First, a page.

Pod Affinity and Anti-Affinity enable the creation of rules that control where to place the pods relative to other pods. A user must label the nodes and use label selectors in pod specifications.
Pod Affinity/Anti-Affinity allows a pod to specify an affinity (or anti-affinity) towards a set of pods. As with Node Affinity, the node does not have control over the placement of the pod.
Affinity rules work based on labels. With an affinity rule, the scheduler can place the pod on the same node as other pods if the label on the new pod matches the label on the other pod.
An anti-affinity rule tells the scheduler not to place the new pod on the same node if the label on the new pod matches the label on another pod. Anti-affinity allows you to keep pods away from each other. Anti-affinity is useful in cases such as: avoiding placing a pod that will interfere in the performance of an existing pod on the same node.
Like Node Affinity rules, Pod affinity rules also have “Required” and “Preferred” modes. In the “Required” mode, a rule must be met for the scheduler to place the pod. In “Preferred” mode, scheduling based on the rule is not guaranteed.
Now that you understand Kubernetes affinity let’s jump into our Node Affinity demo.
In this demo, we’ll go through step-by-step instructions to:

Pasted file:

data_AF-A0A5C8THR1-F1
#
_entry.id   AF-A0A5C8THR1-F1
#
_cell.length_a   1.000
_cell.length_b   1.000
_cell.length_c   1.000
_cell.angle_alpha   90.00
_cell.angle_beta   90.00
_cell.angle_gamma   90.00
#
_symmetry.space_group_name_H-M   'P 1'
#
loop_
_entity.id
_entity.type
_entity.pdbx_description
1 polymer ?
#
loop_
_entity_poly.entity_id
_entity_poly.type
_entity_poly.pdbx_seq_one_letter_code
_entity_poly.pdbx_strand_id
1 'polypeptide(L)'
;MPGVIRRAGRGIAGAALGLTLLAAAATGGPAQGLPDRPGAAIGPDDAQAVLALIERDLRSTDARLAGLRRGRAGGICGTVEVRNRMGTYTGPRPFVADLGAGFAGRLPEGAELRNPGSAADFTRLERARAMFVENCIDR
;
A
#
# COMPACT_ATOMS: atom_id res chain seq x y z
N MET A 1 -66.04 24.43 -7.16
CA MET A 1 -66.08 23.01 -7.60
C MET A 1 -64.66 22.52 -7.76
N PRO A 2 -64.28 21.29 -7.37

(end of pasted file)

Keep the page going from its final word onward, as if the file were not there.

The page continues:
First let us see the list of nodes in the cluster:
Label two nodes for node affinity demo, so that the pods can be placed on labeled nodes by affinity rule:
Next, create a namespace for the demo:
Next, create the following deployment file with node affinity in the pod spec:
Now, create the deployment using the YAML file:
Next, see if the deployment was created successfully:
Next, get the list of pods created:
Next, to check if the pod affinity rule worked, get the list of pods on nodes and make sure the pods were placed on nodes with label app=frontend, i.e worker3, worker4 in this case:
Finally, clean up the demo resources:
Let's assume we have a Redis cache for web applications and we need to run three replicas of Redis but we need to make sure that each replica runs on a different node, we make use of pod anti-affinity here.
Redis deployment with pod anti-affinity rule, so that each replica lands on a different node:
Create the deployment using the yaml file above:
Get the deployment is up
Check if each pod is running on different node:
We noticed that each pod is running on a different node.
Next, let’s assume we have a web server running and we need to make sure that each web server pod co-locates with each Redis cache pod, but at the same time, we need to make sure two web server pods don’t run on the same node, for this to happen we make use of pod affinity and pod anti-affinity both as below.
Create the deployment file with affinity and anti-affinity rules:
Create the deployment:
List the pods along with nodes and check that they are placed as required by rules:
We noticed that each web pod is co-located with a redis pod, and no two web pods are running on the same node; this was done by using pod affinity and anti-affinity rules.
Affinity and anti-affinity provide flexible ways to schedule pods on nodes or place pods relative to other pods. You can use affinity rules to optimize the pod placement on worker nodes for performance, fault tolerance, or other complex scheduling requirements.